Inverse problem, Clustering, Regression, Gaussian mixture, Python, C++

Scientific Description:
Building a regression model for the purpose of prediction is widely used in all disciplines. A large number of applications consists of learning the association between responses and predictors and focusing on predicting responses for the newly observed samples. In this work, we go beyond simple linear models and focus on predicting lowdimensional responses using highdimensional covariates when the associations between responses and covariates are nonlinear.

Functional Description:
KerneloGLLiM is a Gaussian LocallyLinear Mapping (GLLiM) solver. KerneloGLLiM provides a C++ library and a python module for non linear mapping (non linear regression) using a mixture of regression model and an inverse regression strategy. The methods include the GLLiM model (Deleforge et al (2015) ) based on Gaussian mixtures.
 URL:
 Publications:

Contact:
Florence Forbes

Participants:
Florence Forbes, Benoit Kugler, Sami Djouadi, Samuel Heidmann, Stanislaw Borkowski

Partner:
Institut de Planétologie et d’Astrophysique de Grenoble
8 New results
8.1 Models for graphs and networks
8.1.1 TriadNet: Samplingfree predictive intervals for lesional volume in 3D brain MRI.
Participants: Florence Forbes, Benjamin Lambert, Michel Dojat.
Joint work with: Senan Doyle from Pixyl.
The volume of a brain lesion (e.g. infarct or tumor) is a powerful indicator of patient prognosis and can be used to guide the therapeutic strategy. Lesional volume estimation is usually performed by segmentation with deep convolutional neural networks (CNN), currently the stateoftheart approach. However, to date, few work has been done to equip volume segmentation tools with adequate quantitative predictive intervals, which can hinder their usefulness and acceptation in clinical practice. In this work, we propose TriadNet, a segmentation approach relying on a multihead CNN architecture, which provides both the lesion volumes and the associated predictive intervals simultaneously, in less than a second. We demonstrate its superiority over other solutions on BraTS 2021, a largescale MRI glioblastoma image database.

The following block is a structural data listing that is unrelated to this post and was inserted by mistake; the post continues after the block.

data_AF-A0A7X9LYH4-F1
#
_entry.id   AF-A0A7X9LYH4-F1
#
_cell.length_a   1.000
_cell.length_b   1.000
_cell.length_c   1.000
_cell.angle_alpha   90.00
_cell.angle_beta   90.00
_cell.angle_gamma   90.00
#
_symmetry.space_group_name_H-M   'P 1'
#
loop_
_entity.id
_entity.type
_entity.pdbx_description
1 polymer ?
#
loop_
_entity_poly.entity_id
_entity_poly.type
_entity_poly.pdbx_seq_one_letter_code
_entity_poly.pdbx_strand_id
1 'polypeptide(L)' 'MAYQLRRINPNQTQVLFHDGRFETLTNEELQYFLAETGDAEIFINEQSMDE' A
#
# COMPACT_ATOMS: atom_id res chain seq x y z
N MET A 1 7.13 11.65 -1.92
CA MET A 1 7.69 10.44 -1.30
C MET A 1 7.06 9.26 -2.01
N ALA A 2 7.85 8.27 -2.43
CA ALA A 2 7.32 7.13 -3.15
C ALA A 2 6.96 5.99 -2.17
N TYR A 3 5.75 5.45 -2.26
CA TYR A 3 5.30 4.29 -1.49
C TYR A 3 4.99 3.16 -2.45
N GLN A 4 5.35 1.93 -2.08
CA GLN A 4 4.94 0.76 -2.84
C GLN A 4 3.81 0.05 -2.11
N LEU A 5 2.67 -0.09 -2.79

8.1.2 Multilayer Aggregation as a Key to FeatureBased OOD Detection.
Participants: Florence Forbes, Benjamin Lambert, Michel Dojat.
Joint work with: Senan Doyle from Pixyl.
Deep Learning models are easily disturbed by variations in the input images that were not observed during the training stage, resulting in unpredictable predictions. Detecting such OutofDistribution (OOD) images is particularly crucial in the context of medical image analysis, where the range of possible abnormalities is extremely wide. Recently, a new category of methods has emerged, based on the analysis of the intermediate features of a trained model. These methods can be divided into 2 groups: singlelayer methods that consider the feature map obtained at a fixed, carefully chosen layer, and multilayer methods that consider the ensemble of the feature maps generated by the model. While promising, a proper comparison of these algorithms is still lacking. In this work, we compared various featurebased OOD detection methods on a large spectra of OOD (20 types), representing approximately 7800 3D MRIs. Our experiments shed the light on two phenomenons. First, multilayer methods consistently outperform single layer approaches, which tend to have inconsistent behaviour depending on the type of anomaly. Second, the OOD detection performance highly depends on the architecture of the underlying neural network.
8.1.3 Anisotropic Hybrid Networks for liver tumor segmentation with uncertainty quantification.
Participants: Florence Forbes, Benjamin Lambert, Michel Dojat.
Joint work with: Senan Doyle, Pauline Roca from Pixyl.
The burden of liver tumors is important, ranking as the fourth leading cause of cancer mortality. In case of hepatocellular carcinoma (HCC), the delineation of liver and tumor on contrastenhanced magnetic resonance imaging (CEMRI) is performed to guide the treatment strategy. As this task is timeconsuming, needs high expertise and could be subject to interobserver variability there is a strong need for automatic tools. However, challenges arise from the lack of available training data, as well as the high variability in terms of image resolution and MRI sequence. In this work we propose to compare two different pipelines based on anisotropic models to obtain the segmentation of the liver and tumors. The first pipeline corresponds to a baseline multiclass model that performs the simultaneous segmentation of the liver and tumor classes. In the second approach, we train two distinct binary models, one segmenting the liver only and the other the tumors. Our results show that both pipelines exhibit different strengths and weaknesses. Moreover we propose an uncertainty quantification strategy allowing the identification of potential false positive tumor lesions. Both solutions were submitted to the MICCAI 2023 Atlas challenge regarding liver and tumor segmentation.